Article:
function insert_into_array( $array, $search_key, $insert_key, $insert_value, $insert_after_founded_key = true, $append_if_not_found = false ) {

        $new_array = array();

        foreach( $array as $key => $value ){

            // INSERT BEFORE THE CURRENT KEY? 
            // ONLY IF CURRENT KEY IS THE KEY WE ARE SEARCHING FOR, AND WE WANT TO INSERT BEFORE THAT FOUNDED KEY
            if( $key === $search_key && ! $insert_after_founded_key )
                $new_array[ $insert_key ] = $insert_value;

            // COPY THE CURRENT KEY/VALUE FROM OLD ARRAY TO A NEW ARRAY
            $new_array[ $key ] = $value;

            // INSERT AFTER THE CURRENT KEY? 
            // ONLY IF CURRENT KEY IS THE KEY WE ARE SEARCHING FOR, AND WE WANT TO INSERT AFTER THAT FOUNDED KEY
            if( $key === $search_key && $insert_after_founded_key )
                $new_array[ $insert_key ] = $insert_value;

        }

        // APPEND IF KEY ISNT FOUNDED
        if( $append_if_not_found && count( $array ) == count( $new_array ) )
            $new_array[ $insert_key ] = $insert_value;

        return $new_array;

    }

USAGE:

    $array1 = array(
        0 => 'zero',
        1 => 'one',
        2 => 'two',
        3 => 'three',
        4 => 'four'
    );

    $array2 = array(
        'zero'  => '# 0',
        'one'   => '# 1',
        'two'   => '# 2',
        'three' => '# 3',
        'four'  => '# 4'
    );

    $array3 = array(
        0 => 'zero',
        1 => 'one',
       64 => '64',
        3 => 'three',
        4 => 'four'
    );


    // INSERT AFTER WITH NUMERIC KEYS
    print_r( insert_into_array( $array1, 3, 'three+', 'three+ value') );

    // INSERT AFTER WITH ASSOC KEYS
    print_r( insert_into_array( $array2, 'three', 'three+', 'three+ value') );

    // INSERT BEFORE
    print_r( insert_into_array( $array3, 64, 'before-64', 'before-64 value', false) );

    // APPEND IF SEARCH KEY ISNT FOUNDED
    print_r( insert_into_array( $array3, 'undefined assoc key', 'new key', 'new value', true, true) );

RESULTS:

Array
(
    [0] => zero
    [1] => one
    [2] => two
    [3] => three
    [three+] => three+ value
    [4] => four
)
Array
(
    [zero] => # 0
    [one] => # 1
    [two] => # 2
    [three] => # 3
    [three+] => three+ value
    [four] => # 4
)
Array
(
    [0] => zero
    [1] => one
    [before-64] => before-64 value
    [64] => 64
    [3] => three
    [4] => four
)
Array
(
    [0] => zero
    [1] => one
    [64] => 64
    [3] => three
    [4] => four
    [new key] => new value
)
4

I recently wrote a function to do something similar to what it sounds like you're attempting, it's a similar approach to clasvdb's answer.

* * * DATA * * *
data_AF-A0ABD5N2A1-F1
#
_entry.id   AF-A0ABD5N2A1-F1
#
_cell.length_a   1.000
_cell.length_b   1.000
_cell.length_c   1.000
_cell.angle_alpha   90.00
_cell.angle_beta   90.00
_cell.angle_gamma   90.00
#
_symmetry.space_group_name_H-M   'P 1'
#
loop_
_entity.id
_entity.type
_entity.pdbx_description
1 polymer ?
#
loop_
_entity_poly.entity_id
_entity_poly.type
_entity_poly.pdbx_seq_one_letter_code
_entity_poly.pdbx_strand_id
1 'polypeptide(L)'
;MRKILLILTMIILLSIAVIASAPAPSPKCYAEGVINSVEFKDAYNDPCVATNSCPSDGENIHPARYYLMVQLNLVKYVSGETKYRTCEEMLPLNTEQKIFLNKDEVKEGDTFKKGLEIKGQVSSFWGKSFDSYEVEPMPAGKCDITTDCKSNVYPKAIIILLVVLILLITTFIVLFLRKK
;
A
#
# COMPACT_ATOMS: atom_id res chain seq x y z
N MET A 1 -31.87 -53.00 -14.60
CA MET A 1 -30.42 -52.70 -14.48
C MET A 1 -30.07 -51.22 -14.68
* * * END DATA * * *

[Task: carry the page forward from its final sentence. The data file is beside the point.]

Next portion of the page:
function magic_insert($index,$value,$input_array ) {
  if (isset($input_array[$index])) {
    $output_array = array($index=>$value);
    foreach($input_array as $k=>$v) {
      if ($k<$index) {
        $output_array[$k] = $v;
      } else {
        if (isset($output_array[$k]) ) {
          $output_array[$k+1] = $v;
        } else {
          $output_array[$k] = $v;
        }
      } 
    }

  } else {
    $output_array = $input_array;
    $output_array[$index] = $value;
  }
  ksort($output_array);
  return $output_array;
}

Basically it inserts at a specific point, but avoids overwriting by shifting all items down.

2
  • Try this magic_insert(3, array("wow" => "wow"), $array_2); Take $array_2 from question text. – Kirzilla Jul 28 '10 at 15:03
  • I wouldn't expect that to work since $array_2 is associative and the concept of position is generally not relevant in such a situation. – Peter O'Callaghan Jul 28 '10 at 15:32
4

If you don't know that you want to insert it at position #3, but you know the key that you want to insert it after, I cooked up this little function after seeing this question.

/**
     * Inserts any number of scalars or arrays at the point
     * in the haystack immediately after the search key ($needle) was found,
     * or at the end if the needle is not found or not supplied.
     * Modifies $haystack in place.
     * @param array &$haystack the associative array to search. This will be modified by the function
     * @param string $needle the key to search for
     * @param mixed $stuff one or more arrays or scalars to be inserted into $haystack
     * @return int the index at which $needle was found
     */                         
    function array_insert_after(&$haystack, $needle = '', $stuff){
        if (! is_array($haystack) ) return $haystack;